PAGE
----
Basketball Is Psychology XXXI
(Photo via Chicago Sky)
We need energy to perform at our best.
If you don’t get enough sleep, you won’t have enough energy to play as well as you can.
If you don’t eat enough, you won’t have enough energy to play as well as you are capable of playing.
But there is another valuable source of energy that often goes unexamined: people.
Drains and Gains
Do the people on your team leave you feeling energized or do they make you feel drained?
In his book People Fuel, Psychologist Dr. John Townsend termed the two types of people energy drains or gains.
Just one interaction with an energy drain can leave us feeling exhausted. We dread being around these people because they suck the life out of a room, and they drain out all the energy.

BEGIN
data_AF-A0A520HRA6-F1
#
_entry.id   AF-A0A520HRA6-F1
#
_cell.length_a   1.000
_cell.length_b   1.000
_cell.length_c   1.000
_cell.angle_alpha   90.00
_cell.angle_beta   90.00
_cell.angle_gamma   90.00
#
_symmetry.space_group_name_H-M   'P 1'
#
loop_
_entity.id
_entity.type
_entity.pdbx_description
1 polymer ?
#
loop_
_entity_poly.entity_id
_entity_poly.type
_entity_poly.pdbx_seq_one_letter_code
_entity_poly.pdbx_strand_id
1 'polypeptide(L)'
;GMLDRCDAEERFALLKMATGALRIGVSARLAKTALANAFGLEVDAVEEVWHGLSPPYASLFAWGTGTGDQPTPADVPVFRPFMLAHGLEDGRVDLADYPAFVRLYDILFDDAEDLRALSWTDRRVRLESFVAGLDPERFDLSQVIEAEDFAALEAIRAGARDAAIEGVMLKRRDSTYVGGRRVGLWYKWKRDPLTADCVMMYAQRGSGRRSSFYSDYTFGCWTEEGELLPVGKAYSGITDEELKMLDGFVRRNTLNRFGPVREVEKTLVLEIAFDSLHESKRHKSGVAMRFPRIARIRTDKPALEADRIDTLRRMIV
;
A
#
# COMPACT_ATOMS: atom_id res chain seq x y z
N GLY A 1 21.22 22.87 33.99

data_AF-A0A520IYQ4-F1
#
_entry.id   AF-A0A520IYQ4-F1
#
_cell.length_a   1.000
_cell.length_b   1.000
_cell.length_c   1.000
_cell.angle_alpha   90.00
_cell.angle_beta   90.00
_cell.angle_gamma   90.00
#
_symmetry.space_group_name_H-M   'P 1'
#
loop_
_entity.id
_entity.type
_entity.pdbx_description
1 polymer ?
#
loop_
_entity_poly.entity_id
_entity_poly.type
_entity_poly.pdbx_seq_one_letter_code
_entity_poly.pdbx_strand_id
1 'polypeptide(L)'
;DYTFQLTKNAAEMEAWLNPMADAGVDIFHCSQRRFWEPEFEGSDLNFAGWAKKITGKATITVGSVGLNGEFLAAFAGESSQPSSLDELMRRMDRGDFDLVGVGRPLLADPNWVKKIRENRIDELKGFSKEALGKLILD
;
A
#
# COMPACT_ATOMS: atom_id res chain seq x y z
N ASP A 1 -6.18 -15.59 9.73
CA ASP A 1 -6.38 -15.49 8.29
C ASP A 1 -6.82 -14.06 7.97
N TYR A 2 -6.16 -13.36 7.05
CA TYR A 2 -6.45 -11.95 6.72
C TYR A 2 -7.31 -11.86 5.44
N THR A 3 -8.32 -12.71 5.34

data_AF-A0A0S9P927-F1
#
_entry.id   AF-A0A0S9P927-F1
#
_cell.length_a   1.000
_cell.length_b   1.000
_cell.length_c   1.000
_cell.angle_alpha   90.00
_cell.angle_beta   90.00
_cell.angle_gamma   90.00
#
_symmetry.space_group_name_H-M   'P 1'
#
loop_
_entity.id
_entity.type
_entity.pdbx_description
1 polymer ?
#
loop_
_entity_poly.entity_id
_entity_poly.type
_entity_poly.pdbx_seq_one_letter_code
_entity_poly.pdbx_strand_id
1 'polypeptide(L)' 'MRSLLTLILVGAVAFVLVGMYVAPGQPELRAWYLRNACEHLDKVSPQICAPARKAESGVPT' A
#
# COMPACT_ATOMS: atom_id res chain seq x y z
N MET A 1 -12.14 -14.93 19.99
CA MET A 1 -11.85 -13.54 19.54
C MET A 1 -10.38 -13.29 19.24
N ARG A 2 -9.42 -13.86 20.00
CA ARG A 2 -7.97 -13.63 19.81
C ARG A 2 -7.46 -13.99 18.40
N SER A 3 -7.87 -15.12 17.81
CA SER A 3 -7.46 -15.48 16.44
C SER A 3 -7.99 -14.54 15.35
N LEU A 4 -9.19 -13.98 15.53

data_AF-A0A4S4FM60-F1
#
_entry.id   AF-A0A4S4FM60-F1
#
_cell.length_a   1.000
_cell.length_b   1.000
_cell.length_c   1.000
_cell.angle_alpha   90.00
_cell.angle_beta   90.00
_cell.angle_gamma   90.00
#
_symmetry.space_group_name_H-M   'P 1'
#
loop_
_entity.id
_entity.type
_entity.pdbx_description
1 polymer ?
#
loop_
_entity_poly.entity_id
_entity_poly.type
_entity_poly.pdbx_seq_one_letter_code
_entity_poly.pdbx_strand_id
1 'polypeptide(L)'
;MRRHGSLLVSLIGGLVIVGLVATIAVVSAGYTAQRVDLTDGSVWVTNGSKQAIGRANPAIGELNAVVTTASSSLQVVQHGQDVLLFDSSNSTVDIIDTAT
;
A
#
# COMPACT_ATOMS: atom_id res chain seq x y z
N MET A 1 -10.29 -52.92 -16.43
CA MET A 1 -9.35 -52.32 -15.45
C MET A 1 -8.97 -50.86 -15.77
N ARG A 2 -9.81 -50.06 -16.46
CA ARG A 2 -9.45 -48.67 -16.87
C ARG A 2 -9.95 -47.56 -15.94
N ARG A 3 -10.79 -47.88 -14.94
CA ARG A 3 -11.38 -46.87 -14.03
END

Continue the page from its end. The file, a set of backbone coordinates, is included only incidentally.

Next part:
There’s nothing better than being around people who leave us feeling energized. We look forward to being around them because we leave every interaction feeling more passionate, motivated, encouraged, and empowered; these are energy gains.
What’s the difference between people who are gains and drains?
Leadership researcher at the University of Michigan, Kim Cameron found the differences between people who drain our energy and people who add to our energy:
Brag, promote, and talk about themselves
Spend a lot of time talking about themselves
Focus on the negative
Complain about problems
Are quick to criticize others when things go wrong
Take responsibility and follow through with what they say
Are upbeat and optimistic
Look for solutions instead of complaining about problems
Acknowledge others’ contributions
Help people around them
Essentially, gains are team players while drains are self-centered.